I fell on the ice, hard. My left elbow and wrist hurt the most, but still the impact vibrated through my whole skeleton. I sat there for a minute, and the coldness soothed me and staved off the instant nausea that the surprise of pain brings.
“Ow,” I said, and I looked up at the teacher, Mark, who circled around me. He seemed a little irritated.
I told him and traced the pain along the bones. I tried to get up my usual way — right skate on the ice, right knee bent, left hand on the ice to steady me — but my left wrist crumpled.
Grudgingly, it seemed, Mark held out his hand for my right one, and I pulled myself up.
“You know,” he said, “Sometimes the fear that adult learners experience can make them mess up. I saw you hesitate.”
Mark is a different figure skating teacher than the one I normally practice with. He was teaching me a new move: the mohawk. And he was correct — I was hesitating before transferring my weight, in an instant, from my right forward-skating foot to my left backward-poised foot.
He also has, as a coach, a bit more bravado than Fred, the coach I normally practice with, who has a more methodical and analytical approach to teaching. Not that Fred isn’t daring in his own skating — I’ve seen him and his skating partner wife Melanie perform, and they thrill the audience with their spins and jumps — but Fred gets me to master more fundamental skills before taking the leap into what feels like a huge risk to me.
Mark is more cut-to-the-chase. Here it is; now try it. That’s his method.
Both of their approaches seem sound to me. I have no quibble with Mark’s bravado or Fred’s patience. In fact, it’s good for me to learn from both of them.
I want to be careful and yet I need a push, even a dare. Any person with diabetes who does anything that requires a physical risk finds themselves in this uncharted territory between caution and recklessness. Sure, everyone who takes up figure skating as an adult, and not just me, risks injury. My worry, however, is amplified. It’s not only that I must face a natural fear of falling; it’s also that I have a specific fear of falling, becoming injured, and ending up with two disabilities.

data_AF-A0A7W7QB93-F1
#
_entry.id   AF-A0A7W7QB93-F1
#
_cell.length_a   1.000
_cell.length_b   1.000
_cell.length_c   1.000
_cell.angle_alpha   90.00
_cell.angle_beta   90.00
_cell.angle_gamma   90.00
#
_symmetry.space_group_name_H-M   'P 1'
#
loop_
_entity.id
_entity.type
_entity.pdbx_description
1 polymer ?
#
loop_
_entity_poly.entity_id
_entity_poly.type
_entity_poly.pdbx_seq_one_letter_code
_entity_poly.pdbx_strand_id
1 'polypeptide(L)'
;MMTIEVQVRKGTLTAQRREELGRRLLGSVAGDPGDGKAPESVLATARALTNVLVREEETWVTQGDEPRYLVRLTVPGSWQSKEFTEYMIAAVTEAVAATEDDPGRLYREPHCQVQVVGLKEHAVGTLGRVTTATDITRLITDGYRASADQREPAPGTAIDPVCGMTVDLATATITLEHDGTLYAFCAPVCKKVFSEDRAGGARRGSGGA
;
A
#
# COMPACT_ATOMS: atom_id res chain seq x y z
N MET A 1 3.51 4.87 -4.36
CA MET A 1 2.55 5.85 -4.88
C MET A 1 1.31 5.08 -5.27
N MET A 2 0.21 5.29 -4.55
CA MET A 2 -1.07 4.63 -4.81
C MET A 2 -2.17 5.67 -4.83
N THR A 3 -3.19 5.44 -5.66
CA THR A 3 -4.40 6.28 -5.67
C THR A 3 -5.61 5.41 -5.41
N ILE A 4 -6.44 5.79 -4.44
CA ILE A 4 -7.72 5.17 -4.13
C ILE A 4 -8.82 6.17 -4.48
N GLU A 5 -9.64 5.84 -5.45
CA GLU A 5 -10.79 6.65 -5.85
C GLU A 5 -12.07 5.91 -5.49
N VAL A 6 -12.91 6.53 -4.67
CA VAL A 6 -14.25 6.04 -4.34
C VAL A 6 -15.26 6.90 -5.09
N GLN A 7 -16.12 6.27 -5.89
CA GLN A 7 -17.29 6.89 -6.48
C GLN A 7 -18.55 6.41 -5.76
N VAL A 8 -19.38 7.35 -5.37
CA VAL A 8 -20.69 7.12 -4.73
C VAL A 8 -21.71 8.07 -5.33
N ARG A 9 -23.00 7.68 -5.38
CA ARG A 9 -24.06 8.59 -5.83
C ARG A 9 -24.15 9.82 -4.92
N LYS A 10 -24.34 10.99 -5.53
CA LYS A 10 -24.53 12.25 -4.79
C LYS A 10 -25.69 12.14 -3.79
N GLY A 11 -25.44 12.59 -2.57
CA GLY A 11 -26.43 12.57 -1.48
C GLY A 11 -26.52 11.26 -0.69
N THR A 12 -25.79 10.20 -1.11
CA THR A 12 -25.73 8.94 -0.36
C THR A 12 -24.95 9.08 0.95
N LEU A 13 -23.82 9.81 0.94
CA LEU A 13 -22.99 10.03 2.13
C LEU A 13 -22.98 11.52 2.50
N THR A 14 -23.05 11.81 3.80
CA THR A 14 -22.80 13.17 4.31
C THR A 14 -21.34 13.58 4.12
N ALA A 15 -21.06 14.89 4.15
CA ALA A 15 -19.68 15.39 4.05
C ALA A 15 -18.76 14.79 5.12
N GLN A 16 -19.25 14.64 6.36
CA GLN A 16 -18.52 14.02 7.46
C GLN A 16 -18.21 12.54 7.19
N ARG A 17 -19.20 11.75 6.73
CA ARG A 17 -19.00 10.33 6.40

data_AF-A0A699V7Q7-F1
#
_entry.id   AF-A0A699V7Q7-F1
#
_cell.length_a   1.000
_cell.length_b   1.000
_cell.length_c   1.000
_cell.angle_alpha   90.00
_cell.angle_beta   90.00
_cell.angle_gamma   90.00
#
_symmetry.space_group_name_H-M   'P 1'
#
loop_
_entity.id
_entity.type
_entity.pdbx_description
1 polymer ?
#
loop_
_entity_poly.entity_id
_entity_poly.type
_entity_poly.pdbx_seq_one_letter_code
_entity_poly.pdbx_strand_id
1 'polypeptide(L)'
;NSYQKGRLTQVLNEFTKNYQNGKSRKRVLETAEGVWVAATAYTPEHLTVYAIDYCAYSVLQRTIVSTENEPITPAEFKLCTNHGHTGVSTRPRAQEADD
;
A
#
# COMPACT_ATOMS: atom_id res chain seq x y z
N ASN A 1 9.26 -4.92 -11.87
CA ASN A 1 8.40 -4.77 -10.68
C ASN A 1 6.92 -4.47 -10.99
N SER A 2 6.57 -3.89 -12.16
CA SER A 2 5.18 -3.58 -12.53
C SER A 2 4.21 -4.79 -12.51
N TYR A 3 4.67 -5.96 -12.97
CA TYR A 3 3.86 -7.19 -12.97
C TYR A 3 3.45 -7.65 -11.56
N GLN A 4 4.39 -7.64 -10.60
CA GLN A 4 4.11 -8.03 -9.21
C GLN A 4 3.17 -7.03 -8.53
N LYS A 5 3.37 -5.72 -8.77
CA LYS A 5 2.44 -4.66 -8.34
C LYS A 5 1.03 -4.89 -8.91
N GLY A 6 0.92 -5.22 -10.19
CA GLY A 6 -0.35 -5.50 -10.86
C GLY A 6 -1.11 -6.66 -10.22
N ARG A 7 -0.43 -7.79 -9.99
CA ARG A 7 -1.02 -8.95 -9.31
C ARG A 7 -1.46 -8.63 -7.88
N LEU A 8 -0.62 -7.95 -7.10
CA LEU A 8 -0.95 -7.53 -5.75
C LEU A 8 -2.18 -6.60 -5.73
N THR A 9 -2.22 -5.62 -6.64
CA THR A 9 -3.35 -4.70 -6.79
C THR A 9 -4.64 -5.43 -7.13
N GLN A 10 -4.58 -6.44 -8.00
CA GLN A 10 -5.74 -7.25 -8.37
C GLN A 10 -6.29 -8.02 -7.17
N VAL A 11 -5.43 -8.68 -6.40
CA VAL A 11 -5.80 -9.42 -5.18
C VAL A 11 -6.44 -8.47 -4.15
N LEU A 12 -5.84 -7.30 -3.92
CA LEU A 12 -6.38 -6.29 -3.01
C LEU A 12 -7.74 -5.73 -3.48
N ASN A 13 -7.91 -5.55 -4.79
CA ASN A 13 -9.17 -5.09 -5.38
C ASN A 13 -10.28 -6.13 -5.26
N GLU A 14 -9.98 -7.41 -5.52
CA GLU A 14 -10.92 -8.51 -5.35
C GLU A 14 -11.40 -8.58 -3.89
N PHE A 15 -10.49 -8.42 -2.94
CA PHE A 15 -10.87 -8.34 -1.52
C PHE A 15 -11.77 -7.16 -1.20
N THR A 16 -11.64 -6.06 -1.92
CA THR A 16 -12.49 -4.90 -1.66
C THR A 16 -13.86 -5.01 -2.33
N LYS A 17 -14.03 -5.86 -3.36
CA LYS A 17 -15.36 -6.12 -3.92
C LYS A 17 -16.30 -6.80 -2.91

I can’t do anything about my diabetes but manage it. If I hurt myself skating, enough so that I hamper some other bodily function (writing, for example, or walking or even thinking), will I regret my risk-taking?
And, yet, where is the frisson of life, without a regular encounter with some sort of challenge: emotional, professional, physical?
After I righted myself from my fall, Mark said, “Give it another try.” I had been hoping he’d give me a break and we’d move on, perhaps to something more basic and safer. He seemed unperturbed that I had fallen. I tried to absorb some of his matter-of-factness, and I took his cue and tried again. This is no made-for-tv movie, so of course I didn’t ace it. But I didn’t fall either. I kept making mistakes, getting some feedback, and trying again. Finally, the rink’s buzzer signaled the end of the hour.
A week later, I am still testing the status of pain in my left wrist by pressing gently on the scaphoid and radius. An ache around the bones persists. So, too, does the desire to keep skating.
Daily, I try to find a balance between caution and recklessness, safety and risk. Those of us with diabetes are experts in calculations of many sorts.
P.S. Mom, it’s not broken!
Image, “Facing Her Fears,” by (matt) on Flickr via a Creative Commons license.